deiteresfp

2022-01-17

Solve the following equation?

$(x-2xy-{y}^{2})\frac{dy}{dx}+{y}^{2}=0$

Piosellisf

Beginner2022-01-18Added 40 answers

For this one we look for an integrating factor which will make the equation exact.

Let$M=x-2xy-{y}^{2}\text{}\text{and}\text{}N={y}^{2}$ . Then ${M}_{x}=1-2y\text{}\text{and}\text{}{N}_{y}=2y$ .

Thus$\frac{{M}_{x}-{N}_{y}}{N}=\frac{1-2y}{{y}^{2}}=\frac{1}{{y}^{2}}-2\frac{1}{y}$

which is purely a function of y. This tells us that there is an integrating factor$\mu \left(y\right)$ which makes the equation exact which satisfies

$\frac{d\mu}{dy}=(\frac{1}{{y}^{2}}-2\frac{1}{y})\mu$

Clearly$\mu \left(y\right)={e}^{\int (\frac{1}{{y}^{2}}-2\frac{1}{y})dy}={e}^{\frac{-1}{y}-2\mathrm{log}y}={y}^{-2}{e}^{y-1}$ .

Try (first checking that my algebra is correct) and then multiplying the differential equation by this integrating factor, it should become an exact differential equation which I'm guessing you know how to solve if you are asking this question.

Let

Thus

which is purely a function of y. This tells us that there is an integrating factor

Clearly

Try (first checking that my algebra is correct) and then multiplying the differential equation by this integrating factor, it should become an exact differential equation which I'm guessing you know how to solve if you are asking this question.

Cleveland Walters

Beginner2022-01-19Added 40 answers

Hint: Your equation can be turned into a first order linear differential equation in $\frac{dx}{dy}$ (i.e., just multiply the equation by $\frac{dx}{dy}$ and it is a standard form....)

alenahelenash

Expert2022-01-24Added 556 answers

As it looks some people misunderstood (I apologize, the fault may be my side) my first answer, here is the complete solution after reducing the problem into standard form: As I wrote in the first answer, multiplying both sides by $\frac{dx}{dy}$ (the hint was that it will make the equation linear in x),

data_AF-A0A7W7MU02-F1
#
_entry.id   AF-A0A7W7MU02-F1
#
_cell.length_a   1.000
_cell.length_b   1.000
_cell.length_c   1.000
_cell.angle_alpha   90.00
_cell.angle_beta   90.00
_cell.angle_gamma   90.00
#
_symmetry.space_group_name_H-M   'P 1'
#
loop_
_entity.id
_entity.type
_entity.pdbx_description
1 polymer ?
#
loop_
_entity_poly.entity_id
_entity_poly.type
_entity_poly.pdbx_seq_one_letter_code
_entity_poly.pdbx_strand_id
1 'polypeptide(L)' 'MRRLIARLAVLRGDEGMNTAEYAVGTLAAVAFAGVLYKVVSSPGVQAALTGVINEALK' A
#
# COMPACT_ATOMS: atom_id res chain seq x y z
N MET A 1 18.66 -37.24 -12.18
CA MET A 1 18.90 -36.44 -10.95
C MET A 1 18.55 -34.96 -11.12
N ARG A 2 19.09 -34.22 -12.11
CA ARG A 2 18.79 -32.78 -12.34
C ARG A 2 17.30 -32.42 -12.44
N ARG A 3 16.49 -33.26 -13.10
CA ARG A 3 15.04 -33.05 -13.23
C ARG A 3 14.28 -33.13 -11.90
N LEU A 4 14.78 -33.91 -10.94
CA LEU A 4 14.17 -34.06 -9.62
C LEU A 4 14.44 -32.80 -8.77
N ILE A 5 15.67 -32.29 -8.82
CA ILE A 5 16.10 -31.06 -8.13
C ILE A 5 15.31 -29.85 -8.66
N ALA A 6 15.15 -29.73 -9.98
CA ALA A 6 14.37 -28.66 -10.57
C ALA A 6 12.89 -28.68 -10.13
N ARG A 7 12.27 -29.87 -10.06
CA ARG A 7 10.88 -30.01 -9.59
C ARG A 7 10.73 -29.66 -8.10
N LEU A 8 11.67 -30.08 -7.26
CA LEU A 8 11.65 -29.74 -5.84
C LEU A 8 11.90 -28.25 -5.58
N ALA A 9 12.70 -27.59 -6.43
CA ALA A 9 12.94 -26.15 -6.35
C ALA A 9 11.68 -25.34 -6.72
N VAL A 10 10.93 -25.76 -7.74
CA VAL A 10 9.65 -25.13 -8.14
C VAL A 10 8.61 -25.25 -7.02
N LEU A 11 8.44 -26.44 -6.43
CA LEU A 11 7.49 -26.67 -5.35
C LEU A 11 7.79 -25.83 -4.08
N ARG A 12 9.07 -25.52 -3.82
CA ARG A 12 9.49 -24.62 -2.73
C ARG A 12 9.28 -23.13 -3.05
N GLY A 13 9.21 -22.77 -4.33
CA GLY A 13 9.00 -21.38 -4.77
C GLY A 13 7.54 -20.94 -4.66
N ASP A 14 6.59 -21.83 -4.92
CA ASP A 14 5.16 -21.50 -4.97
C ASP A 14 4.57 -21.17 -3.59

$\frac{dx}{dy}+(\frac{1-2y}{{y}^{2}})\cdot x=1$ . This is a linear equation (in x) of the standard form $\frac{dx}{dy}+P(y)\cdot x=Q(x)$ . So, ${e}^{\int P(y)dy}={e}^{\int (\frac{1-2y}{{y}^{2}})dy}=\frac{{e}^{\frac{-1}{y}}}{{y}^{2}}$ is an integrating factor (IF). So, multiplying by the IF and integrating the general solution is given by
$x\cdot \frac{{e}^{\frac{-1}{y}}}{{y}^{2}}=\int \frac{{e}^{\frac{-1}{y}}}{{y}^{2}}dy+c={e}^{\frac{-1}{y}}+c$
Or, $x={y}^{2}(1+c{e}^{\frac{1}{y}})$ .

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B) $\frac{5}{9}$ degree on fahrenheit scale

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What's the correct way to go about computing the Inverse Laplace transform of this?

$\frac{-2s+1}{({s}^{2}+2s+5)}$

I Completed the square on the bottom but what do you do now?

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$X(s)=\frac{s}{{s}^{4}+1}$

I tried to use the definition: $f(t)={\mathcal{L}}^{-1}\{F(s)\}=\frac{1}{2\pi i}\underset{T\to \mathrm{\infty}}{lim}{\int}_{\gamma -iT}^{\gamma +iT}{e}^{st}F(s)\phantom{\rule{thinmathspace}{0ex}}ds$or the partial fraction expansion but I have not achieved results.How do i find the lapalace transorm of this intergral using the convolution theorem? ${\int}_{0}^{t}{e}^{-x}\mathrm{cos}x\phantom{\rule{thinmathspace}{0ex}}dx$

How can I solve this differential equation? : $xydx-({x}^{2}+1)dy=0$

Find the inverse Laplace transform of $\frac{{s}^{2}-4s-4}{{s}^{4}+8{s}^{2}+16}$

inverse laplace transform - with symbolic variables:

$F(s)=\frac{2{s}^{2}+(a-6b)s+{a}^{2}-4ab}{({s}^{2}-{a}^{2})(s-2b)}$

My steps:

$F(s)=\frac{2{s}^{2}+(a-6b)s+{a}^{2}-4ab}{(s+a)(s-a)(s-2b)}$

$=\frac{A}{s+a}+\frac{B}{s-a}+\frac{C}{s-2b}+K$

$K=0$

$A=F(s)\ast (s+a)$